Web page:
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Rainey v. Metropolitan Water Reclamation District

June 14, 2012


Name of Assigned Judge Harry D. Leinenweber Sitting Judge if Other or Magistrate Judge than Assigned Judge



For the following reasons, Plaintiff's motion to compel [DKT 39] and Defendant's motion in limine [DKT 42] are denied without prejudice.

O[ For further details see text below.] Notices mailed by Judicial staff.


Plaintiff has sued his employer, the Metropolitan Water Reclamation District of Greater Chicago, alleging racial discrimination and retaliation based on a considerable number of incidents. Although the vast majority of his claims appear to have arisen in 2007 or later, Plaintiff also claims that he was denied overtime and supervisory differential pay while he worked at the Stickney plant in 1997-1998. Most of Plaintiff's claims are admirably precise in their time frame; however, it is unclear when Plaintiff claims to have been passed over for promotion to the role of Engineering Technician V. Based on this spread of dates, Defendant has moved in limine to bar reference to the alleged incidents in the 1990s. Plaintiff has moved to compel discovery responses, in part, relating to that timeframe.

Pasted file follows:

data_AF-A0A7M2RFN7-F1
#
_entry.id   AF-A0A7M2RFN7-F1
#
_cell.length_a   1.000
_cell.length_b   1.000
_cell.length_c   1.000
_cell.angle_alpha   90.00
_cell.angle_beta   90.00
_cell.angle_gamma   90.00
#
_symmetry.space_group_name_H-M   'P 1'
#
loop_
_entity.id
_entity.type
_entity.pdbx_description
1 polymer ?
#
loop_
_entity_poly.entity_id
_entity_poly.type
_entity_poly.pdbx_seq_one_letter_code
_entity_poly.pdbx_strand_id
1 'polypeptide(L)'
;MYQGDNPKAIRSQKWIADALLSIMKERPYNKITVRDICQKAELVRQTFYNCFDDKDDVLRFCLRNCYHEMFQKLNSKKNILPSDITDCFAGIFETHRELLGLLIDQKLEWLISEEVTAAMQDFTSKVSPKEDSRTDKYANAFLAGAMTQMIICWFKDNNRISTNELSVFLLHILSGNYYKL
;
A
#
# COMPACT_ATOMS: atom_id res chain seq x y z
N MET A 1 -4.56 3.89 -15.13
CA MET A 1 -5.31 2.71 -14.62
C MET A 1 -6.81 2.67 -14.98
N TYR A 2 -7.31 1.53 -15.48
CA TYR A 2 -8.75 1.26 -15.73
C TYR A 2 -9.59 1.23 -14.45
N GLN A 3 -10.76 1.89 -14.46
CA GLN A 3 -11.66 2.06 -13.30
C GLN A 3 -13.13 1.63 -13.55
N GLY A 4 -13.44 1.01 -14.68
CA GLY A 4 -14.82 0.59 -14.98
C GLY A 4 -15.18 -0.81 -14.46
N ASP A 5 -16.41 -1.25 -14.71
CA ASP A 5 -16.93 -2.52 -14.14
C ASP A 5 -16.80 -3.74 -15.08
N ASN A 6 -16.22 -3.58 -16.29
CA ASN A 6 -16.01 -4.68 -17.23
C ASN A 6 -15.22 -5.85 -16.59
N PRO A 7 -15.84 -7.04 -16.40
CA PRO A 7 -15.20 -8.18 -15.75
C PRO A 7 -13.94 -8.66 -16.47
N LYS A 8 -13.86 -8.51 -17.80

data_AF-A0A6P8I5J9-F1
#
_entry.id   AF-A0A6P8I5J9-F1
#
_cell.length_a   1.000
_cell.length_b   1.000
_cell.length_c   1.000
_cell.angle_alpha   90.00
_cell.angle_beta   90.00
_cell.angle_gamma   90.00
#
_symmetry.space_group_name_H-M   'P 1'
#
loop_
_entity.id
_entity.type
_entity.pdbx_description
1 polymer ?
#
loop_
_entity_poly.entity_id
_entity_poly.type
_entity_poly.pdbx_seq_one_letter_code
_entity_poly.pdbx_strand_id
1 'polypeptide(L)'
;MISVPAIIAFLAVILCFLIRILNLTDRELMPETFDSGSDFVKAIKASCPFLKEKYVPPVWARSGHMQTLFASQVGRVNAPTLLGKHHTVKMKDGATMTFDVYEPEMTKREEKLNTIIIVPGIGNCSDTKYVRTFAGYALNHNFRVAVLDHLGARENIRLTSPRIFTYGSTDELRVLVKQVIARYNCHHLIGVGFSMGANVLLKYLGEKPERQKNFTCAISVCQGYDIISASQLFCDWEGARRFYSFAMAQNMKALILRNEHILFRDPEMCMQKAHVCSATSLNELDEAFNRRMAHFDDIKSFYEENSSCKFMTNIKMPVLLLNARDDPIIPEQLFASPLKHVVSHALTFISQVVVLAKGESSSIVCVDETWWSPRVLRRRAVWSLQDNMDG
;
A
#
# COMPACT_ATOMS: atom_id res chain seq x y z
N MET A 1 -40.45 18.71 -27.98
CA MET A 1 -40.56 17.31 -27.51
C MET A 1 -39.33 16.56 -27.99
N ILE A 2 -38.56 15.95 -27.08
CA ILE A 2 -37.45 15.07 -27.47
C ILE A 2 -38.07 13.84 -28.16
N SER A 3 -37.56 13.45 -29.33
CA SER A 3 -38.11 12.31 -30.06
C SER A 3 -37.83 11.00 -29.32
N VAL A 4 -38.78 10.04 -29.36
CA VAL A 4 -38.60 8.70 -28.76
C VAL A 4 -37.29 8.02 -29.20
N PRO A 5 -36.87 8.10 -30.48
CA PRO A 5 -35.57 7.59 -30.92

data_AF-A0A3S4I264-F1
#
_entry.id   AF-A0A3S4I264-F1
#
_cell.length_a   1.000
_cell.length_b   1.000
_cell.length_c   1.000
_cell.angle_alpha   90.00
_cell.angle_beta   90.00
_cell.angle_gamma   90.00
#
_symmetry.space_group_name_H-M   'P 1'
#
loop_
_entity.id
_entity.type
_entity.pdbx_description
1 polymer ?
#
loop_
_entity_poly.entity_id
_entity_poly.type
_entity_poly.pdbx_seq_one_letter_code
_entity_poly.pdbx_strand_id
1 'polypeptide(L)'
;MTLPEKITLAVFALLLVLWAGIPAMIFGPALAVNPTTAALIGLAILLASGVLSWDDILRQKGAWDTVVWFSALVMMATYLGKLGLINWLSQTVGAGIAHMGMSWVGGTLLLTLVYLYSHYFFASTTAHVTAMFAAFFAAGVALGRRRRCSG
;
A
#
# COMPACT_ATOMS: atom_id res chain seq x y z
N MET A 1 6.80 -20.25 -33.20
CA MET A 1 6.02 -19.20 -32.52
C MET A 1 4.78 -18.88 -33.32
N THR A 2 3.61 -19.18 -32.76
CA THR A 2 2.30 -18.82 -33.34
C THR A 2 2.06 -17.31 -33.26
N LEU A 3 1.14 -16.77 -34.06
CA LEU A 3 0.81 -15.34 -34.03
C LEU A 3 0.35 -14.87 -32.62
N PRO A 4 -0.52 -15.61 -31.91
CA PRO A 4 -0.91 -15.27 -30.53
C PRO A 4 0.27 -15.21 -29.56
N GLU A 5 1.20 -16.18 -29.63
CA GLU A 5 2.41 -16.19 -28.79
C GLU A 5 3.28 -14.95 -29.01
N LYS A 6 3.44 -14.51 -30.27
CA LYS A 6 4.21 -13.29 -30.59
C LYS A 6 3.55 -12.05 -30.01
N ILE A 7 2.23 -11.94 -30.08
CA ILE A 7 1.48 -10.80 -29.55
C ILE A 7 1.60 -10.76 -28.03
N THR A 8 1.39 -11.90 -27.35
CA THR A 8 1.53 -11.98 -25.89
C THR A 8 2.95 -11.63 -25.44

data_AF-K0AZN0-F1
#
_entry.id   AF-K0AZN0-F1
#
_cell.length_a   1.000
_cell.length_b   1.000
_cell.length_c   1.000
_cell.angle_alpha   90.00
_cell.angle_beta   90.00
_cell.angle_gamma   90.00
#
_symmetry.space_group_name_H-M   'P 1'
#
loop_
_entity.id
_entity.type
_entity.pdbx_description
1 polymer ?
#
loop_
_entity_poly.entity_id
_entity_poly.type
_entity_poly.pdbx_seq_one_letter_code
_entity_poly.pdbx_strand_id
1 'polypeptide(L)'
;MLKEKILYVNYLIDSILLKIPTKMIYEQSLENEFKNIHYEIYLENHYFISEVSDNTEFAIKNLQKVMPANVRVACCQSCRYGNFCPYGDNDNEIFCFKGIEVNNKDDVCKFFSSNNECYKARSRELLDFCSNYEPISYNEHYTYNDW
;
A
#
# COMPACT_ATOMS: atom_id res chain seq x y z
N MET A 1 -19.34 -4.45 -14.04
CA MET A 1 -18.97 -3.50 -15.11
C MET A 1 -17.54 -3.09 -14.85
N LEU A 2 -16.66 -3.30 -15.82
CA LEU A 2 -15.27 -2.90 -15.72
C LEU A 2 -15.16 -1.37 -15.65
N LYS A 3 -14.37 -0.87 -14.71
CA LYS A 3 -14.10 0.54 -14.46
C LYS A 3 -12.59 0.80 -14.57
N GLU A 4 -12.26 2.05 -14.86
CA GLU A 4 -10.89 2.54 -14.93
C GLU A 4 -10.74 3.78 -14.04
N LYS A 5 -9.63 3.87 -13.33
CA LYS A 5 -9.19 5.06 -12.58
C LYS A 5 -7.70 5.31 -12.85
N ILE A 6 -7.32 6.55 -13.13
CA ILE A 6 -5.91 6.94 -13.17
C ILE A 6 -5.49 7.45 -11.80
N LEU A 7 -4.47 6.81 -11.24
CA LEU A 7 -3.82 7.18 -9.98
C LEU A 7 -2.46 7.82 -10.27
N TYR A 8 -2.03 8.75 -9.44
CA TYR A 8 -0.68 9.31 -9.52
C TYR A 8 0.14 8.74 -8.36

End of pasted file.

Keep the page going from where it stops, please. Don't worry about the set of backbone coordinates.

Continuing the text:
Defendant has filed a motion in limine to bar Plaintiff from using or referencing any alleged discrimination in the 1990s. Briefly, Defendant argues that Plaintiff has alleged two periods of discrimination during his employment: from 1997-1999, and from 2007-2010. Defendant argues that the two periods occurred at different facilities, under different supervisors, and were entirely separate. Accordingly, Defendant argues, there is no continuing violation and the earlier allegations are clearly time-barred. Defendant thus seeks to bar reference to the earlier claims, in order "to limit Plaintiff's unduly prejudicial and burdensome requests to obtain discovery on offense that occurred thirteen to fifteen years ago[.]" Def.'s Mot. 6. Plaintiff objects that this is not a proper use of the motion in limine.

I. Defendant's Motion in Limine

The Supreme Court defines motions in limine broadly as "any motion, whether made before or during trial, to exclude anticipated prejudicial evidence before the evidence is actually offered." Luce v. United States, 469 U.S. 38, 40 n.2 (1984). Authority to issue in limine rulings derives from a district court's inherent authority to manage trials before it. Id. at n.4. Although it has not universally been the case, see Chimmy v. Prudential Ins. Co., No. 03 C 6628, 2004 WL 2647615, at *1 (N.D. Ill. Nov. 19, 2004), courts generally use motions in limine to issue pre-trial rulings on admissibility of evidence. Motions in limine are treated as preliminary, and subject to adjustment at trial. Farfaras v. Citizens Bank & Trust of Chicago, 433 F.3d 558, 565 (7th Cir. 2006).